Food abundance and weather conditions are key factors influencing the reproductive success, survival and population densities of birds and other animals17,21. The relative importance of food and weather for reproduction of birds has rarely been investigated in the same study (but see22,23,24,25). Birds of prey are commonly studied for food limitation on population densities, breeding performance and reproductive success because the abundance and availability of their main foods can be relatively accurately estimated in the field26. Firm evidence for food limitation on population densities and reproductive success of birds of prey subsisting on fluctuating food resources (e.g., small rodents and lagomorphs) have been demonstrated by several research groups in boreal and arctic regions26,27,28,29,30,31,32. Climate-induced changes in species distribution and population densities are attributable to changes in the demography of local population, i.e. the sum of the influence on breeding success, survival and dispersal24. Breeding success can be expected to be particularly important because young individuals are usually more prone to disperse than adults33. Since weather may affect breeding success directly, for example through alteration in the survival of offspring caused by changing weather conditions34,35, or indirectly through the food chain due to changes in food or predator abundances36,37, it is essential to determine the relative importance of food supply and direct weather conditions on reproductive success.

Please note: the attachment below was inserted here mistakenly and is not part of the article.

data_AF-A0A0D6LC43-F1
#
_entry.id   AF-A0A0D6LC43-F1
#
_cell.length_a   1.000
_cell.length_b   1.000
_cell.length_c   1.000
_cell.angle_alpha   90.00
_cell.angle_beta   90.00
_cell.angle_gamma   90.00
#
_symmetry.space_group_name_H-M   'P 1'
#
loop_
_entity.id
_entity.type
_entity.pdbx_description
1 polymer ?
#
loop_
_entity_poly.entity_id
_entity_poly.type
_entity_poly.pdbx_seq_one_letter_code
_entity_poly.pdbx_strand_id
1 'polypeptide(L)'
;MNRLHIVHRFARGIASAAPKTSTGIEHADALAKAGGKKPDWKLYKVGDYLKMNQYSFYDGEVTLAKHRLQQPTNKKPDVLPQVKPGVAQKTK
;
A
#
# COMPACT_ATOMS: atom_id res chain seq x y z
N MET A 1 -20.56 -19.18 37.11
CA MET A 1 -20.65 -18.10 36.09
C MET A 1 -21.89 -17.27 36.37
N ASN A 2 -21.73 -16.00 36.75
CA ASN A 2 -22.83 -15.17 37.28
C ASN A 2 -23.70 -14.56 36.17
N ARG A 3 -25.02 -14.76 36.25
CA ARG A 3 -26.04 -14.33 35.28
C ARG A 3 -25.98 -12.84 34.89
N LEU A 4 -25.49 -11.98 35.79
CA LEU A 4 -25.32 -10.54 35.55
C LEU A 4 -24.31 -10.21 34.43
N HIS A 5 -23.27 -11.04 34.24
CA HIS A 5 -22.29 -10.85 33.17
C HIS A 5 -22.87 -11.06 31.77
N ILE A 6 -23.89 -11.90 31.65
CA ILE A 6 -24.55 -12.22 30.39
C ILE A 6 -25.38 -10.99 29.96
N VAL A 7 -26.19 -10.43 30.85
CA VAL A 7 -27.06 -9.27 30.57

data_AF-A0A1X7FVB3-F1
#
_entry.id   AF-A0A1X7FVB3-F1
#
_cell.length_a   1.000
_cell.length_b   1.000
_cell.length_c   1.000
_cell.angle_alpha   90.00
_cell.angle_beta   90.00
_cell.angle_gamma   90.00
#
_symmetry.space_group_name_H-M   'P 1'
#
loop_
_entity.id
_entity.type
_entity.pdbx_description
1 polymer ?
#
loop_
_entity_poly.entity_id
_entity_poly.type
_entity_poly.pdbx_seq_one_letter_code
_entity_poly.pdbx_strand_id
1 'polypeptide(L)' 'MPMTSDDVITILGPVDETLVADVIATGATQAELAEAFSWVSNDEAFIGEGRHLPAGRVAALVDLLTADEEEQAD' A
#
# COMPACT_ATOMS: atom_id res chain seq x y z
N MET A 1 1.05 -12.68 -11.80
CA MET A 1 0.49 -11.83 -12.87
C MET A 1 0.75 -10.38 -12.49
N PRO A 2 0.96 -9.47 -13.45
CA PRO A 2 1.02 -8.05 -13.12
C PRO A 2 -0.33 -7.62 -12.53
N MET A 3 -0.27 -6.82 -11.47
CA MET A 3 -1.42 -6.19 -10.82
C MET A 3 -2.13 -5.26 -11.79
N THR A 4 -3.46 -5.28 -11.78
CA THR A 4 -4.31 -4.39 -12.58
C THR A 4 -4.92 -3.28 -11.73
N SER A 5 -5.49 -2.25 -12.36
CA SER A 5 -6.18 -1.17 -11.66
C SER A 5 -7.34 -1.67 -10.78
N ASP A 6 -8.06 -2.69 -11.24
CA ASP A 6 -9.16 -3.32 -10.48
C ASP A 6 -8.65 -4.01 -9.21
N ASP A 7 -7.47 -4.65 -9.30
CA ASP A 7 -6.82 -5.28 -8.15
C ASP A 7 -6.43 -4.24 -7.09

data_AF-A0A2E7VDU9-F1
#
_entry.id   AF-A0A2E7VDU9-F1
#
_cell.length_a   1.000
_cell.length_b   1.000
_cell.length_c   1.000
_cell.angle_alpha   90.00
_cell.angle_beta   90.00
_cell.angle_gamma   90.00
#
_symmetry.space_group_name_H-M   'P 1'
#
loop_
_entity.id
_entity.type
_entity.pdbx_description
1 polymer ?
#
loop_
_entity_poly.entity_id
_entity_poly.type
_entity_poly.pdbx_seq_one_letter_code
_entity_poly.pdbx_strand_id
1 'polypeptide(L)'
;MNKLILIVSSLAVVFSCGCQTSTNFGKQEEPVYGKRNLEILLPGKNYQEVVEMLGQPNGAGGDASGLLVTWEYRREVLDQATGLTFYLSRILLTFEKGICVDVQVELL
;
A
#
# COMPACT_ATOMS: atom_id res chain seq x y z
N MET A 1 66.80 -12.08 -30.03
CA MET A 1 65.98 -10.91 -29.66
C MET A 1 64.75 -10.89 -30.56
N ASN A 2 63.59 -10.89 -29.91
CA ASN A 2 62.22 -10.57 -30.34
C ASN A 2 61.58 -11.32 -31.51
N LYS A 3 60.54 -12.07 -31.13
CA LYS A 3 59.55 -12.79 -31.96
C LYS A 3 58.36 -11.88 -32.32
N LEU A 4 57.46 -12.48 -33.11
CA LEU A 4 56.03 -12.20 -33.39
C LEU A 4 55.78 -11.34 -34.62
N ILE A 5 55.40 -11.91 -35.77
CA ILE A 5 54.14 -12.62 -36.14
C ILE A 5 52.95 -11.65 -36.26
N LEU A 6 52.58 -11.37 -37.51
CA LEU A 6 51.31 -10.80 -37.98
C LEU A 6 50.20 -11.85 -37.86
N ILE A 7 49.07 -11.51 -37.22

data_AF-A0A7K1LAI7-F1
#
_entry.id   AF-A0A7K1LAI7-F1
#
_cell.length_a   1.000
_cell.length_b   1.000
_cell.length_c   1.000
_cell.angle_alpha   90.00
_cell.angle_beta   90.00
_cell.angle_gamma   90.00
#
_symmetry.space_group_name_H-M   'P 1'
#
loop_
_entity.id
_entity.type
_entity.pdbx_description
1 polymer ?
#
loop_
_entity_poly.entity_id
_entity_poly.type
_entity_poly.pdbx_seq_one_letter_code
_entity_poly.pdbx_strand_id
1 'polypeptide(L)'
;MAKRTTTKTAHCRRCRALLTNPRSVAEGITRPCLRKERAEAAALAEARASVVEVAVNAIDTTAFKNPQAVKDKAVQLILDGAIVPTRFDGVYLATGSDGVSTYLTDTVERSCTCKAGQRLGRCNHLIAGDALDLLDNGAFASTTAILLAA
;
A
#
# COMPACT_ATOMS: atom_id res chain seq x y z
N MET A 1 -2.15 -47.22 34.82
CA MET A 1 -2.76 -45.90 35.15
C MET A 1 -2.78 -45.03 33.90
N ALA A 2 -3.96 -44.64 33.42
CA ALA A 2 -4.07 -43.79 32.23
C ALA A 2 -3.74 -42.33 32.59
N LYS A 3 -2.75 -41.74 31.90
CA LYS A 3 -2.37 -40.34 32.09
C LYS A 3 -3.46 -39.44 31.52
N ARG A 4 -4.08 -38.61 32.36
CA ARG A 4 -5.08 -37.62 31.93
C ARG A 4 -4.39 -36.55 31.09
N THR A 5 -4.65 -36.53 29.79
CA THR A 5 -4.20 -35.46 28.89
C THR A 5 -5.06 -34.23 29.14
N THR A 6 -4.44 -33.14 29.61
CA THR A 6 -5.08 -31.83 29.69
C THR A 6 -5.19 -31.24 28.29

In this study, we focused on a population of Tengmalm’s owls (Aegolius funereus), a small nocturnal cavity-nesting owl (body mass of males approx. 100 g and that of females approx. 150 g) living in coniferous forests in the boreal zone and in alpine forests further south in the Holarctic region38,39. They feed mainly on small mammals, among which voles of the genera Myodes and Microtus are their main prey and shrews of the genus Sorex and small forest birds are their most important alternative prey40,41,42,43. A male owl provides most of the food to a female and their owlets from prior to egg-laying until the fledglings become independent at the age of five to nine weeks40,44,45,46. The female incubates the eggs, broods the young, and remains almost continually in the nest cavity until the young are about 3 weeks old40,47.